|Simulations of the temperature change due to all forcings. Source: USCCP|
Climate scientists have resolved a discrepancy in the rate of global average temperature increase for the surface compared with higher levels in the atmosphere, according to the National Oceanic and Atmospheric Administration (NOAA).
This discrepancy had previously been used to challenge the validity of climate models used to detect and attribute the causes of observed climate change.
The report from the US Climate Change Science Program—Temperature Trends in the Lower Atmosphere: Steps for Understanding and Reconciling Differences—corrects errors that have been identified in the satellite data and other temperature observations.
Specifically, surface data had showed substantial global-average warming, while early versions of satellite and radiosonde data showed little or no warming above the surface. The team identified and corrected the errors in the satellite and radiosonde data. Furthermore, new data sets do not show such discrepancies.
Discrepancies between the data sets and the models have been reduced and our understanding of observed climate changes and their causes have increased. The evidence continues to support a substantial human impact on global temperature increases. This should constitute a valuable source of information to policymakers.—Chief Editor Thomas Karl, director of the NOAA National Climatic Data Center
The report, the first of 21 such Synthesis and Assessment (S&A) reports to be issued by the Climate Change Science Program, states that for recent decades, all current atmospheric data sets now show global-average warming that is similar to the surface warming.
The published report also states that research to detect climate change and attribute its causes using patterns of observed temperature change in space and time shows clear evidence of human influences on the climate system due to changes in greenhouse gases, aerosols and stratospheric ozone.
The observed patterns of change over the past 50 years cannot be explained by natural processes alone, nor by the effects of short-lived atmospheric constituents such as aerosols and tropospheric ozone alone.
One issue does remain, however, and that is related to the rates of warming in the tropics. Here, models and theory predict an amplification of surface warming higher in the atmosphere. However, this greater warming aloft is not evident in three of the five observational data sets used in the report. Whether this is a result of uncertainties in the observed data, flaws in climate models, or a combination of these is not yet known. Using the evidence available, the author team favors the first explanation.
|Katrina as a CAT-5 hurricane, the day before it slammed into the Gulf Coast. Credit: NOAA|
Separately, NOAA scientists reported that the region of the tropical Atlantic where many hurricanes originate has warmed by several tenths of a degree Celsius over the 20th century. New climate model simulations suggest that human activity, such as increasing greenhouse gas emissions into the atmosphere, may contribute significantly to this warming.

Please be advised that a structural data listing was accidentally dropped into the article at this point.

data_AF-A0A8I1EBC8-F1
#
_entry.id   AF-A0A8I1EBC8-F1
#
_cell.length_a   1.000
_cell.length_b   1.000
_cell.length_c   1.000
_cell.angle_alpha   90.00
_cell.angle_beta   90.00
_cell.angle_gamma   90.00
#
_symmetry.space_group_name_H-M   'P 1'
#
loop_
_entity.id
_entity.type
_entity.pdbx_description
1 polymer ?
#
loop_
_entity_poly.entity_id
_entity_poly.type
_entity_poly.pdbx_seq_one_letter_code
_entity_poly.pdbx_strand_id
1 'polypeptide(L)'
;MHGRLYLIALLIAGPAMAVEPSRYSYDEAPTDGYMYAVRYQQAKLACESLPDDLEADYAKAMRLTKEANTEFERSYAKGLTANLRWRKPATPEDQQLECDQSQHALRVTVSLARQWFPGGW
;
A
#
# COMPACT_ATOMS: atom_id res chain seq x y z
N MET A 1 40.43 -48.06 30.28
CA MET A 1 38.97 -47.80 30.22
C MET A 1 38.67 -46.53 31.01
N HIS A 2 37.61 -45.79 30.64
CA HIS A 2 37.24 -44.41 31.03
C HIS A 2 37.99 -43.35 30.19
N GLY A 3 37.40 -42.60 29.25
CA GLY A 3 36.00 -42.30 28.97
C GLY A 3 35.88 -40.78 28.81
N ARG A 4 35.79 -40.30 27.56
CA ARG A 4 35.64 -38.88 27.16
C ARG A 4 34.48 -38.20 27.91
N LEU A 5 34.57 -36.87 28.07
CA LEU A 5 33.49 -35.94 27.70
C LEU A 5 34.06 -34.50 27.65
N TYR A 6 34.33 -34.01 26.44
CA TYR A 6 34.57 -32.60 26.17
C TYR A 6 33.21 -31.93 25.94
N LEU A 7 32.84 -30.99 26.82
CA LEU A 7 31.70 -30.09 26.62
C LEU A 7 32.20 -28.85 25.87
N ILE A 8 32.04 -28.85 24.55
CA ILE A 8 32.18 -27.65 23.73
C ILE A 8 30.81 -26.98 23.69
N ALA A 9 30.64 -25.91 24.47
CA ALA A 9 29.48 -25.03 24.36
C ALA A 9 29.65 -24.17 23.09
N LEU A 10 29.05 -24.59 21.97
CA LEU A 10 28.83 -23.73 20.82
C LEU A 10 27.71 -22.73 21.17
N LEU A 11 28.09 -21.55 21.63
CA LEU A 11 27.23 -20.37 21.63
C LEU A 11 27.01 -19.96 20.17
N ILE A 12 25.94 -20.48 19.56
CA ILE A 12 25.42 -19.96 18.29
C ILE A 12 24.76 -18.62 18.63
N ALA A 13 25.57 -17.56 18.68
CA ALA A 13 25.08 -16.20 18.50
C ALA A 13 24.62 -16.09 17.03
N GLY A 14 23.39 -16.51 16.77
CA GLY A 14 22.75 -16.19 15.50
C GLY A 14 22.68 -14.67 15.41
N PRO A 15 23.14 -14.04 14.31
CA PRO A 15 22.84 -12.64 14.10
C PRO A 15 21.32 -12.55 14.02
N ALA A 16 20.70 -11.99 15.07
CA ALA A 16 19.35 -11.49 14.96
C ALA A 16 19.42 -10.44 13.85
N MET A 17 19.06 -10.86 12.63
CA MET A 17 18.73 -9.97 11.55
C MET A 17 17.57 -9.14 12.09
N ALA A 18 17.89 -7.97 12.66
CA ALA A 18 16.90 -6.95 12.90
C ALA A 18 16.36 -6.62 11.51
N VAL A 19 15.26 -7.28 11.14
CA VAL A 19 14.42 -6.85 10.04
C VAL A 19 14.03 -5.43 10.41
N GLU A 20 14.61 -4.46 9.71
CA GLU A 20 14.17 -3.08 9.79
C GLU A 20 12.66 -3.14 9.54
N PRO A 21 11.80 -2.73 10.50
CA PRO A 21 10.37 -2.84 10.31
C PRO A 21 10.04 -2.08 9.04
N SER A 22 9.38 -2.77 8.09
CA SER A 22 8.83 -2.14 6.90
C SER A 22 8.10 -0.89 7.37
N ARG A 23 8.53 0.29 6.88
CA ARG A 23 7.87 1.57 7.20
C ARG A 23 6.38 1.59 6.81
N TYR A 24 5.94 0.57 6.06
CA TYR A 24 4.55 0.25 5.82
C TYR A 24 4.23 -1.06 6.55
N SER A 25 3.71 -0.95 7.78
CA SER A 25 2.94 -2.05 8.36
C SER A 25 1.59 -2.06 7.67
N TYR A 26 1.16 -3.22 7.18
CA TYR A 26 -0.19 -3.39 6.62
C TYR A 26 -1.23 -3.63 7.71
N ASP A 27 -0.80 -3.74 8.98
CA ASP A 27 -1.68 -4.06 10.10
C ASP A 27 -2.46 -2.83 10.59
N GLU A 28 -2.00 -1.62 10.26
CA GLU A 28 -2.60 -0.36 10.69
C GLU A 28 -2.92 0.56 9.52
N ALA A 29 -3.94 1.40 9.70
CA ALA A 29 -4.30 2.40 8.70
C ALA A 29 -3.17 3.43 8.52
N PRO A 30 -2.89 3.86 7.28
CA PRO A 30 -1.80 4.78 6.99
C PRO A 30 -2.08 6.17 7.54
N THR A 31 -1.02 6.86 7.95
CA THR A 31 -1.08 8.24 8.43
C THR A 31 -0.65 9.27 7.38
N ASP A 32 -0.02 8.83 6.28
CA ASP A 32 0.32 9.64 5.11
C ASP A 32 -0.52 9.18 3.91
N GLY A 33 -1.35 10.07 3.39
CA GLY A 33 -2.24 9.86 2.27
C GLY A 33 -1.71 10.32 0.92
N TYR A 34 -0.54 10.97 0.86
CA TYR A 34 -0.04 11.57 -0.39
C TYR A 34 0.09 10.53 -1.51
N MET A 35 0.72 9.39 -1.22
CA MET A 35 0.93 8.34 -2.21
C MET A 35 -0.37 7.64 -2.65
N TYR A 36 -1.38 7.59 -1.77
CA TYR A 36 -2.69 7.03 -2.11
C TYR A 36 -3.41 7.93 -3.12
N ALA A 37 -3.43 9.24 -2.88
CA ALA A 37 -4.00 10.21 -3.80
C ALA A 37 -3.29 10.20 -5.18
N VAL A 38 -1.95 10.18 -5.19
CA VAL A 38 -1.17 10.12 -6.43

This very long-term increase in temperature may seem small but is comparable in magnitude to shorter time-scale, multi-decadal changes that many scientists now believe contribute strongly to an increase in hurricane activity in the Atlantic.
The challenge is to understand the relative roles of anthropogenic and natural factors in producing these temperature changes—and this study is a step in that direction—and then to determine whether and how these long-term changes in temperature could be affecting Atlantic hurricane activity.—Thomas Knutson, NOAA Geophysical Fluid Dynamics Laboratory
The region—known as the Main Development Region—extends from 10 degrees N to 20 degrees N in the area of the Cape Verde Islands, and has been identified as the origin for a large portion of major hurricanes in the tropical North Atlantic.
Ocean surface temperatures in this region warmed over the 20th century, roughly tracking the global mean, or average, but this region has greater multi-decadal variability than the global mean does when looking at long-term trends.
The climate model simulations are based on a new state-of-the-art coupled atmosphere-ocean model developed over several years at GFDL. The new simulations include improved representations of a number of environmental factors that can affect climate, such as greenhouse gases, volcanic eruptions, solar variability, land-use changes and atmospheric aerosols, very fine particulate matter in the air. More research is being conducted to improve the representation of these forcings, and of the aerosol effects in particular.
The new model simulations used current best estimates of a number of historical climate forcings to simulate climate variations over the 20th century. In the Main Development Region, the observed warming during the 20th century is simulated much more realistically in the models that include anthropogenic forcing than in models with only natural effects.
The results suggest that the century-scale warming tendency in the Main Development Region may have been caused largely by anthropogenic forcing, including increases in atmospheric greenhouse gas concentrations.
Other sources of anthropogenic forcing include aerosols and land-use changes. Examples of natural effects are volcanic emissions, long-term variability of solar radiation, and internal variability, such as the internal processes within the climate system.
The day prior to these announcements, NOAA had released the Annual Greenhouse Gas Index (AGGI), showing a global steady rise in the amount of heat-trapping greenhouse gases in the atmosphere. (Earlier post.)